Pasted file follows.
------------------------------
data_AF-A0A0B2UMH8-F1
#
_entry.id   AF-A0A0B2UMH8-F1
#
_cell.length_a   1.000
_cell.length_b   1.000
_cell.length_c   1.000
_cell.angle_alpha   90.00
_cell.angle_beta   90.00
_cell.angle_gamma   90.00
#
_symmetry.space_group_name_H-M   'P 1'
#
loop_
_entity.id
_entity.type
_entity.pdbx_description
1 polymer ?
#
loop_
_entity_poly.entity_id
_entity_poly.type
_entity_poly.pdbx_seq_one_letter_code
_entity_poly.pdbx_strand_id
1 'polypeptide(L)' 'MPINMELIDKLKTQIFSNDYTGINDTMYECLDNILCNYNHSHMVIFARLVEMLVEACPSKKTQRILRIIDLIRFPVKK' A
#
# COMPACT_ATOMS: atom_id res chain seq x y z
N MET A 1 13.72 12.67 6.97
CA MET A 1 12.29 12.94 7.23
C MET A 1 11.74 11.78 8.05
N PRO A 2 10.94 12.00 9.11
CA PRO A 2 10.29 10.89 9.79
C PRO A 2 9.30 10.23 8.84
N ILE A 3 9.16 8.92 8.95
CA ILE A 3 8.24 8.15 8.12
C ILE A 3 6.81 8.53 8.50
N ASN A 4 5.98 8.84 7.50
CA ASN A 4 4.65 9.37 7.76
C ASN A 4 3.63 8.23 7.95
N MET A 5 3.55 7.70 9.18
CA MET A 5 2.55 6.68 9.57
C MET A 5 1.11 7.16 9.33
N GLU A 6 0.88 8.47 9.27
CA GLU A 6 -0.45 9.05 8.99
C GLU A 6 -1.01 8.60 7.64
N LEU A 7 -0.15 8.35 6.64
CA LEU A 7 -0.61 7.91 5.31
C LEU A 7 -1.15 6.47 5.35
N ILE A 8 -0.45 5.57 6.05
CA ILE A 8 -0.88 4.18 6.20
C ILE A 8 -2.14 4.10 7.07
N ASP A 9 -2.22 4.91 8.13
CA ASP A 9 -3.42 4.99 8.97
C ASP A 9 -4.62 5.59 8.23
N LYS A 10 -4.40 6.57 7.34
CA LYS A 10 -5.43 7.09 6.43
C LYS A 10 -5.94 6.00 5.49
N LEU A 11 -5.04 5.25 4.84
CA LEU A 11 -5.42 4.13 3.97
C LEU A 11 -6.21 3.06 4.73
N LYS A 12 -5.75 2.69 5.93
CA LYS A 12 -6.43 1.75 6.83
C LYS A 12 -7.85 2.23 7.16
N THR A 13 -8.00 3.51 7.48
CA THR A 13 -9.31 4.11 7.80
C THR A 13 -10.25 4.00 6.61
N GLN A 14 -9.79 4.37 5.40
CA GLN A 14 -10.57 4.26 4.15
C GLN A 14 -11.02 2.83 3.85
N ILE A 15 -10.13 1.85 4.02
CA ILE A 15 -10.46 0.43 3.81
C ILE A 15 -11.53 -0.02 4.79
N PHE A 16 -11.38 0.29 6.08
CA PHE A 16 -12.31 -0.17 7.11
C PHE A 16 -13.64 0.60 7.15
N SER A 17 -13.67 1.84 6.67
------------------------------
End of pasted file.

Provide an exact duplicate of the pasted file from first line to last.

data_AF-A0A0B2UMH8-F1
#
_entry.id   AF-A0A0B2UMH8-F1
#
_cell.length_a   1.000
_cell.length_b   1.000
_cell.length_c   1.000
_cell.angle_alpha   90.00
_cell.angle_beta   90.00
_cell.angle_gamma   90.00
#
_symmetry.space_group_name_H-M   'P 1'
#
loop_
_entity.id
_entity.type
_entity.pdbx_description
1 polymer ?
#
loop_
_entity_poly.entity_id
_entity_poly.type
_entity_poly.pdbx_seq_one_letter_code
_entity_poly.pdbx_strand_id
1 'polypeptide(L)' 'MPINMELIDKLKTQIFSNDYTGINDTMYECLDNILCNYNHSHMVIFARLVEMLVEACPSKKTQRILRIIDLIRFPVKK' A
#
# COMPACT_ATOMS: atom_id res chain seq x y z
N MET A 1 13.72 12.67 6.97
CA MET A 1 12.29 12.94 7.23
C MET A 1 11.74 11.78 8.05
N PRO A 2 10.94 12.00 9.11
CA PRO A 2 10.29 10.89 9.79
C PRO A 2 9.30 10.23 8.84
N ILE A 3 9.16 8.92 8.95
CA ILE A 3 8.24 8.15 8.12
C ILE A 3 6.81 8.53 8.50
N ASN A 4 5.98 8.84 7.50
CA ASN A 4 4.65 9.37 7.76
C ASN A 4 3.63 8.23 7.95
N MET A 5 3.55 7.70 9.18
CA MET A 5 2.55 6.68 9.57
C MET A 5 1.11 7.16 9.33
N GLU A 6 0.88 8.47 9.27
CA GLU A 6 -0.45 9.05 8.99
C GLU A 6 -1.01 8.60 7.64
N LEU A 7 -0.15 8.35 6.64
CA LEU A 7 -0.61 7.91 5.31
C LEU A 7 -1.15 6.47 5.35
N ILE A 8 -0.45 5.57 6.05
CA ILE A 8 -0.88 4.18 6.20
C ILE A 8 -2.14 4.10 7.07
N ASP A 9 -2.22 4.91 8.13
CA ASP A 9 -3.42 4.99 8.97
C ASP A 9 -4.62 5.59 8.23
N LYS A 10 -4.40 6.57 7.34
CA LYS A 10 -5.43 7.09 6.43
C LYS A 10 -5.94 6.00 5.49
N LEU A 11 -5.04 5.25 4.84
CA LEU A 11 -5.42 4.13 3.97
C LEU A 11 -6.21 3.06 4.73
N LYS A 12 -5.75 2.69 5.93
CA LYS A 12 -6.43 1.75 6.83
C LYS A 12 -7.85 2.23 7.16
N THR A 13 -8.00 3.51 7.48
CA THR A 13 -9.31 4.11 7.80
C THR A 13 -10.25 4.00 6.61
N GLN A 14 -9.79 4.37 5.40
CA GLN A 14 -10.57 4.26 4.15
C GLN A 14 -11.02 2.83 3.85
N ILE A 15 -10.13 1.85 4.02
CA ILE A 15 -10.46 0.43 3.81
C ILE A 15 -11.53 -0.02 4.79
N PHE A 16 -11.38 0.29 6.08
CA PHE A 16 -12.31 -0.17 7.11
C PHE A 16 -13.64 0.60 7.15
N SER A 17 -13.67 1.84 6.67